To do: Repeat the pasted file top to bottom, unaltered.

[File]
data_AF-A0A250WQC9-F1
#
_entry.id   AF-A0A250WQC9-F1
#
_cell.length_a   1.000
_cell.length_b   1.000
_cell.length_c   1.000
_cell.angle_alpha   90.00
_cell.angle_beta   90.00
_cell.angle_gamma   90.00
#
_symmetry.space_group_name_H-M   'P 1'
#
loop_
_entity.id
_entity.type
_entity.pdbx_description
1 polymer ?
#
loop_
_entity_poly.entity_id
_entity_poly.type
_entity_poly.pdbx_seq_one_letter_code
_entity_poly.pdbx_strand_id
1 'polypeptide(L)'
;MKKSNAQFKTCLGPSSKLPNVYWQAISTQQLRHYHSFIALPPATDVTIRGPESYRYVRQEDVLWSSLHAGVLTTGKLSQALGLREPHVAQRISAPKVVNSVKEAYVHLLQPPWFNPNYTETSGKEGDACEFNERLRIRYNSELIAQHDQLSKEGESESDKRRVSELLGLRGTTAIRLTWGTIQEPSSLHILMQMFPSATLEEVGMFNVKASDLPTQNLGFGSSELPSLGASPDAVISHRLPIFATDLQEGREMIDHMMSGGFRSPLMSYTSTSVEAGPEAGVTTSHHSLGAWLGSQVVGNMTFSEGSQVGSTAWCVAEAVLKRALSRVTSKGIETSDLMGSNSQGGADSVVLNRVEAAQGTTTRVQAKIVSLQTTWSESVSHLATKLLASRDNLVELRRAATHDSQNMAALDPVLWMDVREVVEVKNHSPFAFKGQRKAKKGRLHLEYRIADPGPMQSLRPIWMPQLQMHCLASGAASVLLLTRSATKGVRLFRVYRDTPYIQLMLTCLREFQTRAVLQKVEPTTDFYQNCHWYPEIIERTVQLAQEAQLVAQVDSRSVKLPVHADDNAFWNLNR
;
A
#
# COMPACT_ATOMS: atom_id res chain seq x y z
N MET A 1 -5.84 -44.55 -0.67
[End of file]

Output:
data_AF-A0A250WQC9-F1
#
_entry.id   AF-A0A250WQC9-F1
#
_cell.length_a   1.000
_cell.length_b   1.000
_cell.length_c   1.000
_cell.angle_alpha   90.00
_cell.angle_beta   90.00
_cell.angle_gamma   90.00
#
_symmetry.space_group_name_H-M   'P 1'
#
loop_
_entity.id
_entity.type
_entity.pdbx_description
1 polymer ?
#
loop_
_entity_poly.entity_id
_entity_poly.type
_entity_poly.pdbx_seq_one_letter_code
_entity_poly.pdbx_strand_id
1 'polypeptide(L)'
;MKKSNAQFKTCLGPSSKLPNVYWQAISTQQLRHYHSFIALPPATDVTIRGPESYRYVRQEDVLWSSLHAGVLTTGKLSQALGLREPHVAQRISAPKVVNSVKEAYVHLLQPPWFNPNYTETSGKEGDACEFNERLRIRYNSELIAQHDQLSKEGESESDKRRVSELLGLRGTTAIRLTWGTIQEPSSLHILMQMFPSATLEEVGMFNVKASDLPTQNLGFGSSELPSLGASPDAVISHRLPIFATDLQEGREMIDHMMSGGFRSPLMSYTSTSVEAGPEAGVTTSHHSLGAWLGSQVVGNMTFSEGSQVGSTAWCVAEAVLKRALSRVTSKGIETSDLMGSNSQGGADSVVLNRVEAAQGTTTRVQAKIVSLQTTWSESVSHLATKLLASRDNLVELRRAATHDSQNMAALDPVLWMDVREVVEVKNHSPFAFKGQRKAKKGRLHLEYRIADPGPMQSLRPIWMPQLQMHCLASGAASVLLLTRSATKGVRLFRVYRDTPYIQLMLTCLREFQTRAVLQKVEPTTDFYQNCHWYPEIIERTVQLAQEAQLVAQVDSRSVKLPVHADDNAFWNLNR
;
A
#
# COMPACT_ATOMS: atom_id res chain seq x y z
N MET A 1 -5.84 -44.55 -0.67